LPFG models represent lumped-element Gaussian lowpass filters. They approximate the ideal Gaussian magnitude response and offer simplicity, relatively flat group delay, and good time domain performance, but suffer from poor frequency selectivity. Although similar to Bessel-Thomson filters, Gaussian filters offer faster rise times and lower transient overshoots, but have slightly less stopband attenuation and less group delay flatness.
|N||Number of reactive elements in the filter||3|
|FP||Passband corner frequency (when Qu is infinite).||Frequency||1 GHz|
|AP||Passband corner attenuation (when Qu is infinite).||DB||3.0103 dB|
|*RS||Expected source resistance.||Resistance||50 ohm|
|*RL||Expected Load resistance||Resistance||50 ohm|
|*QU||Average unloaded Q of reactive elements in the filter.||1e12|
* indicates a secondary parameter
0 < N < 51
0 < FP
0 < AP Recommend AP greater than or equal to 0.001 dB.
0 < RS
0 < RL
0 < QU. Recommend QU less than or equal to 1e12.
This model is implemented as a short-circuit admittance matrix,
, whose equivalent transfer function squared magnitude approximates that of an ideal Gaussian filter. The ideal Gaussian squared magnitude characteristic is:
In the model, the denominator of this ideal Gaussian characteristic is approximated by a truncated Maclaurin series:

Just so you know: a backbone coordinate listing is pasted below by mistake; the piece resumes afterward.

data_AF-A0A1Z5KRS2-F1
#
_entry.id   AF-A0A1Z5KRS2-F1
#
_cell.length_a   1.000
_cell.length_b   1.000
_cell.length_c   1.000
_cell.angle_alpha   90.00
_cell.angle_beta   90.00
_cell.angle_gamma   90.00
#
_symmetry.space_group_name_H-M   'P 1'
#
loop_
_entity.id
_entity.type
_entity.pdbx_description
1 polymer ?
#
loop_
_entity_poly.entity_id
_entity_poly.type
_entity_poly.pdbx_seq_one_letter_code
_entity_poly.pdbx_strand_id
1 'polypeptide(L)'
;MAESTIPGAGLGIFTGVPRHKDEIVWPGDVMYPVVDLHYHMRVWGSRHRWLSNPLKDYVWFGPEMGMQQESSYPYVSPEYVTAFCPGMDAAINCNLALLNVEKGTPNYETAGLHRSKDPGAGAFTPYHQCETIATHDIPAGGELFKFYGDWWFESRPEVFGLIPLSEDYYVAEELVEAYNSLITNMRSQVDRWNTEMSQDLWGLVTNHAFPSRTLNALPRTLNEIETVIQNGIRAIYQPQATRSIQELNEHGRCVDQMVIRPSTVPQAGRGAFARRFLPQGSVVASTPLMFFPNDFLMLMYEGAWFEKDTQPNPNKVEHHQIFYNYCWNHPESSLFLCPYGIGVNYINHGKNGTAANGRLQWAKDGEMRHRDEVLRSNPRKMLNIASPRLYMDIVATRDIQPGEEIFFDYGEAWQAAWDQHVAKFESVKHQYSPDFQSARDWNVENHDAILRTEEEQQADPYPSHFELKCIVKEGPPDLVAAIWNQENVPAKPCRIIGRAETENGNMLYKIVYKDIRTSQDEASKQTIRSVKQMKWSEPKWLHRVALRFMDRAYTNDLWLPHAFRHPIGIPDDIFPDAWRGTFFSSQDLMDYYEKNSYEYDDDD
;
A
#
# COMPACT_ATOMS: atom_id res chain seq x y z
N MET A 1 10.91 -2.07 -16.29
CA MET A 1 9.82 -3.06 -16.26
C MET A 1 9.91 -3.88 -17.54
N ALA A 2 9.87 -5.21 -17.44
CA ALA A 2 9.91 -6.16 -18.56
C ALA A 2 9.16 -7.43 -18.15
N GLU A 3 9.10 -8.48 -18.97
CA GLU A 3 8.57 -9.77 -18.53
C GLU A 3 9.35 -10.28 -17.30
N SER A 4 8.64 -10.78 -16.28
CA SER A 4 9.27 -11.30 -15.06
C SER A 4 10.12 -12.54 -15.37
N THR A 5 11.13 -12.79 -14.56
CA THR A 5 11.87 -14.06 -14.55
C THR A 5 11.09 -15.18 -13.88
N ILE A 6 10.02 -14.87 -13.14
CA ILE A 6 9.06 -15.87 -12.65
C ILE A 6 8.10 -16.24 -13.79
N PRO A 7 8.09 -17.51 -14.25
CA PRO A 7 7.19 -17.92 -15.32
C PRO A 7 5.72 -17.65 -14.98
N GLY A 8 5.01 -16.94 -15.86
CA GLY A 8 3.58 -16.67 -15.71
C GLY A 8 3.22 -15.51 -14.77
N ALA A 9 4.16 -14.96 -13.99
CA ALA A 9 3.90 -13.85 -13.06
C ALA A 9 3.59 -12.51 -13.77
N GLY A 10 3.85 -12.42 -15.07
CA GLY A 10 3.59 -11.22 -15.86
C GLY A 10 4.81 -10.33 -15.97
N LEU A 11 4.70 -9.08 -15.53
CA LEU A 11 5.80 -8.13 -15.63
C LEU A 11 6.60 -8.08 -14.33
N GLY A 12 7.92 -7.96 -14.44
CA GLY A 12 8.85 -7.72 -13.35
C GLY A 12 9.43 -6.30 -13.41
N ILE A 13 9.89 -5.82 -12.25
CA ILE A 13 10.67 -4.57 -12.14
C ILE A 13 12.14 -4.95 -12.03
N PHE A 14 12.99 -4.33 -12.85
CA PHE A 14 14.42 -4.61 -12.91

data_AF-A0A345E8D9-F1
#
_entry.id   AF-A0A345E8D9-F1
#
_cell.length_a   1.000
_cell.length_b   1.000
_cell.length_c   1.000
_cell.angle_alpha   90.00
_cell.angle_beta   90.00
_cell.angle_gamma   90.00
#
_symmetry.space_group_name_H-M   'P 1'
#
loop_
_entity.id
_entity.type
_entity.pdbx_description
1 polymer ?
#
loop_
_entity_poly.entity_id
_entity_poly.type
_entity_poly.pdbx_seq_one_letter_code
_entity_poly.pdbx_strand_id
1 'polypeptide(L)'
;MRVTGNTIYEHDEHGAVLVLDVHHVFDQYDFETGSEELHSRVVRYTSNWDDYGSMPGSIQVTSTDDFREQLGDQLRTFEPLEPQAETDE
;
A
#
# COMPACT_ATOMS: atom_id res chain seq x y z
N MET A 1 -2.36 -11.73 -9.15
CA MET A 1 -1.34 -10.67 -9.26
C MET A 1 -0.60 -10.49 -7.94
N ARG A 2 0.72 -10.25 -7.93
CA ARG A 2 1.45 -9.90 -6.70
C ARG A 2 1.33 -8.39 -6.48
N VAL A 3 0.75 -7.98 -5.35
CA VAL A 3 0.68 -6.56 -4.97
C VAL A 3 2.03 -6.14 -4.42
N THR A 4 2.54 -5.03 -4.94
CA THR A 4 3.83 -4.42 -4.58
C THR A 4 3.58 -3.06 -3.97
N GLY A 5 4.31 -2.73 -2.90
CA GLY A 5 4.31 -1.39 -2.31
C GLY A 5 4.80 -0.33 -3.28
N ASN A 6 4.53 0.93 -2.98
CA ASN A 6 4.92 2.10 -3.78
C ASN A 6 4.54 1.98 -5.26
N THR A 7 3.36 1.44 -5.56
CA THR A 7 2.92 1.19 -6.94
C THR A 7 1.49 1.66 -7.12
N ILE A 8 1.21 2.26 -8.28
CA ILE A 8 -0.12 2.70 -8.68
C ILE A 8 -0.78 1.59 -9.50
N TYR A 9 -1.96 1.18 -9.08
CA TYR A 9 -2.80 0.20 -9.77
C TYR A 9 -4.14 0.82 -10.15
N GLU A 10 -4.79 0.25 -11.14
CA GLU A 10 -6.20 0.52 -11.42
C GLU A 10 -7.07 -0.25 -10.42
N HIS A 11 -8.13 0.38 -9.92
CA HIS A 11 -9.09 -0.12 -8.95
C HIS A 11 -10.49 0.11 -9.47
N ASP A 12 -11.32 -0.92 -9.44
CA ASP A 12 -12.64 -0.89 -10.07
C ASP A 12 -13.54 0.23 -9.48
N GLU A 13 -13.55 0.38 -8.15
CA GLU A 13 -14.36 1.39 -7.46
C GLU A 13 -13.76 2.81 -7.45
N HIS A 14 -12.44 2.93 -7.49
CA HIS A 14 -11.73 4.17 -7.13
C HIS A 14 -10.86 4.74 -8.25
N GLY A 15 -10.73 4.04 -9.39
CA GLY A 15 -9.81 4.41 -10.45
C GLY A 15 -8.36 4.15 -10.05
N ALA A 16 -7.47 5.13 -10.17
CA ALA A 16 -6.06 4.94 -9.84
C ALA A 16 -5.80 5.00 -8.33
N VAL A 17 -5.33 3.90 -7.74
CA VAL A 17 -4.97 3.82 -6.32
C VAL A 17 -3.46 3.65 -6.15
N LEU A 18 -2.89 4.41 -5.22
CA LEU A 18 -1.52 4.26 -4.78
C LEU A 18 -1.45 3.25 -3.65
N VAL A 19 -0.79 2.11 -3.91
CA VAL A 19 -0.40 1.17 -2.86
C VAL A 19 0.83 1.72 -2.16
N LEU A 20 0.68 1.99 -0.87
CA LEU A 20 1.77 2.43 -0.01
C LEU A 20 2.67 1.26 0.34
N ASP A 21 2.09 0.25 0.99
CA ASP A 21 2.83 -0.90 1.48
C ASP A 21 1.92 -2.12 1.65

and a lowpass-to-lowpass frequency transformation has been applied:
_FREQ is the variable containing the project frequency, and the admittances are:
This element does not have an assigned layout cell. You can assign artwork cells to any element. See “Assigning Artwork Cells to Layout of Schematic Elements” for details.
This model behaves as if it has ideal impedance transformers at its ports, so there is no attenuation due to mismatched source and load impedances. The model expects that the source impedance equals RS and that the load impedance equals RL, but RS need not equal RL for ideal transmission (as would normally be the case).
 Milton Dishal, "Gaussian-Response Filter Design," Electrical Communication, vol. 36, March 1959, pp. 3-26.
 Anatol I. Zverev, Handbook of Filter Synthesis, (John Wiley & Sons, 1967), pp. 67, 70, 71, 73, 74, 90, 91.
 DeVerl. S. Humpherys, The Analysis, Design, and Synthesis of Electrical Filters, (Prentice-Hall, 1970), pp. 413-417.
 Herman J. Blinchikoff and Anatol I. Zverev, Filtering in the Time and Frequency Domains, (Robert E. Krieger Publishing Co., 1987), pp. 130-132.